Recent Additions
How Moms Change as their Kids Grow

How Moms Change as their Kids Grow

By Laura Owens

Your baby is growing up. She’s changing and most likely — so are you.

In what seems like mere moments, your little one moves from your arms, to confidently waving goodbye, to a moody middle-schooler, soon she’ll be stressing about her driver’s license, prom and SATs.

Next stop? Out the door and farther away from fully needing you.

Every milestone in our children’s lives can be an emotional turning point in our own, constantly ping ponging between feeling proud of our kids, and experiencing a genuine sense of loss as they leap forward.

Each new responsibility they conquer is one more task we finally get to let go and yet – its one more thing we have to let go. As our children grow-up our role in their lives changes and we begin to feel the slightest shift deep into our cells. Our identity, once so intertwined with theirs, gradually begins to reshape itself.

Ann Pleshette-Murphy, author of The Seven Stages of Motherhood [Macmillan,2005] suggests that the ages and stages during motherhood force women to re-think their lives, identity, relationships, choices and goals.  Regularly noticing how we feel as our children get older can help emotionally anchor us (and our partner) for the final stage  – empty nest.

The Seven Stages of Motherhood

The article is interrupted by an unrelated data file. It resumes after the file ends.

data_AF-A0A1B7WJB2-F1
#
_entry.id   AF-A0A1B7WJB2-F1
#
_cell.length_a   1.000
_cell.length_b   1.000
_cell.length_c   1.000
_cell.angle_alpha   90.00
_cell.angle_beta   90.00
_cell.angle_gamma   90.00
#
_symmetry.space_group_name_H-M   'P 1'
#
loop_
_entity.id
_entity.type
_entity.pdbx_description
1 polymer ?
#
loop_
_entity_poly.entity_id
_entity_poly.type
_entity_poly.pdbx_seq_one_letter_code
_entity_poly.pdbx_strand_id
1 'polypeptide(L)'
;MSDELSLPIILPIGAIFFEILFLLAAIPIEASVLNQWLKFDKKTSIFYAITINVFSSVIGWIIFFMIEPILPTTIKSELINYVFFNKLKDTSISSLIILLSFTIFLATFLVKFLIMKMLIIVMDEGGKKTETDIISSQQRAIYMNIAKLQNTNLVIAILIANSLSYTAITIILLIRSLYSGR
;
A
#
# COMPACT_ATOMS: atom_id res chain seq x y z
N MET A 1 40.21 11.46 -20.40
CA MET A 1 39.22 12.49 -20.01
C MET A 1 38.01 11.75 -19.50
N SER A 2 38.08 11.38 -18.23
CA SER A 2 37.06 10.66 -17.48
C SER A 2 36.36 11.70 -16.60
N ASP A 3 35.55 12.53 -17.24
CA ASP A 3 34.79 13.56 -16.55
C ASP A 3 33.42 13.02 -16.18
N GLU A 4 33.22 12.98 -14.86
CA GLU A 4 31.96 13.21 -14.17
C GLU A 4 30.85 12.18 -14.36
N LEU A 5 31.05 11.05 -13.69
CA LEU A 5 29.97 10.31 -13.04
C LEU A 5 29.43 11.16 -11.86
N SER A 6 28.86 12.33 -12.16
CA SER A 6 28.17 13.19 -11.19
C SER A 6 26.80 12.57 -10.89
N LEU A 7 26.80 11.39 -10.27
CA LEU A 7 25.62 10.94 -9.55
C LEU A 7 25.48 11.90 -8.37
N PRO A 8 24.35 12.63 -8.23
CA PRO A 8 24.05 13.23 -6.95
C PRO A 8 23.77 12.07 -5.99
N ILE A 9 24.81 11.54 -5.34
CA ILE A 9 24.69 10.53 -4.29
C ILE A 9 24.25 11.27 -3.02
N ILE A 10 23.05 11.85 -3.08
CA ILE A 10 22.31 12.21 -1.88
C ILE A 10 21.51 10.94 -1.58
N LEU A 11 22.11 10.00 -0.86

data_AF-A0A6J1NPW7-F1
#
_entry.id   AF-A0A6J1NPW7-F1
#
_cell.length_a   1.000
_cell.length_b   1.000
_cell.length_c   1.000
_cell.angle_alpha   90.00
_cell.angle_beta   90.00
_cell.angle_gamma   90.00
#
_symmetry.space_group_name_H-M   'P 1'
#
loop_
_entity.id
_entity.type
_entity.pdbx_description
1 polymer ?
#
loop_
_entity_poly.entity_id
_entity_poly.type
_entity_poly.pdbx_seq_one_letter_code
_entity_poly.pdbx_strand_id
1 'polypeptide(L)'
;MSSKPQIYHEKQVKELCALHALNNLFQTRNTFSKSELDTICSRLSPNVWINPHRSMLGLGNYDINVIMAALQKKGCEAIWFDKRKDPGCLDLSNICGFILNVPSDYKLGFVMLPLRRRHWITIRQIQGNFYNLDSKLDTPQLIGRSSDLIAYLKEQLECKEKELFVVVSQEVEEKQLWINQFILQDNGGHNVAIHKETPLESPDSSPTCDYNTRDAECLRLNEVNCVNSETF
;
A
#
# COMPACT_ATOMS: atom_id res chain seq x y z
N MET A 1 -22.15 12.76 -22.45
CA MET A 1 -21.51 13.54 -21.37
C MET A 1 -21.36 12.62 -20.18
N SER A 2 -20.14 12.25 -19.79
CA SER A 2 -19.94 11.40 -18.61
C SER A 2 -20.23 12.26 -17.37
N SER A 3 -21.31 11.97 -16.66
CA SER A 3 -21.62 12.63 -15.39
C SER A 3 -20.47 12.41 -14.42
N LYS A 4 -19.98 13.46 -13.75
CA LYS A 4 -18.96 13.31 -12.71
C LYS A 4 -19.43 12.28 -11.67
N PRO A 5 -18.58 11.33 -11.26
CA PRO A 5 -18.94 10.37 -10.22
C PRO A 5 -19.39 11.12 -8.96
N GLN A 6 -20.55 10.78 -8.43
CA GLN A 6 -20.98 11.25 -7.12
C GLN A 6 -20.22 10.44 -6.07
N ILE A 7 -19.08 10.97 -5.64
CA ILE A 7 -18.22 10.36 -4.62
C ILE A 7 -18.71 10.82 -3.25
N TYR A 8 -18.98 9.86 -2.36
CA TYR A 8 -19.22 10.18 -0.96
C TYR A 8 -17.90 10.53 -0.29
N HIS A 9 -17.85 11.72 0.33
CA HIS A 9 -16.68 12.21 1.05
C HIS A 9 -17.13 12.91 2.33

New Moms: The First 12 months

 Parenting educator Jan Faull refers to this as the “parent on call” stage. As mothers respond to their baby’s every need they soon neglect their own. This can be a pivotal time in a couple’s life as they reorient their relationship, responsibilities and expectations.

This stage can be a key launching pad for new moms to adopt an attitude that her needs matter as much as her family’s. While this might sound unrealistic with a baby who needs you 24/7, starting your parenting life with a mindset that your identity and needs are separate but equal to your kids and spouse, paves the way for a healthy family balance.

Toddler Years: Age 1 and 2

This is a push-pull time for mothers. Separation anxiety and tantrums mark a stage filled with mixed signals and high emotion. As toddlers become more independent, mothers realize they can’t always control or protect their increasingly active child.

Depression rates are twice as high among women with toddlers and many moms during this stage, begin to question their parental prowess. “We all hold on to unrealistic expectations of seamless transitions,” admits Pleshette-Murphy.

Pre-school to School Ages 3 to 6

As pre-schooler and kindergarten children become a little more independent parents sometimes forget that kids at this age are still emotionally demanding. Parents and children simultaneously let go and yet, reflexively grasp for each other.

As children enter school the separation can bring up feelings of ambivalence in mothers, particularly for those at home full-time. Because while this stage can feel somewhat liberating, for some it can feel as if their mom cord has been forcefully ripped away.

I suggest mothers always nurture their “non-parent” identity with date nights, time with friends, a part-time job, a new career, classes, a hobby, putting at least some priority on fostering parts of their identity outside of mothering.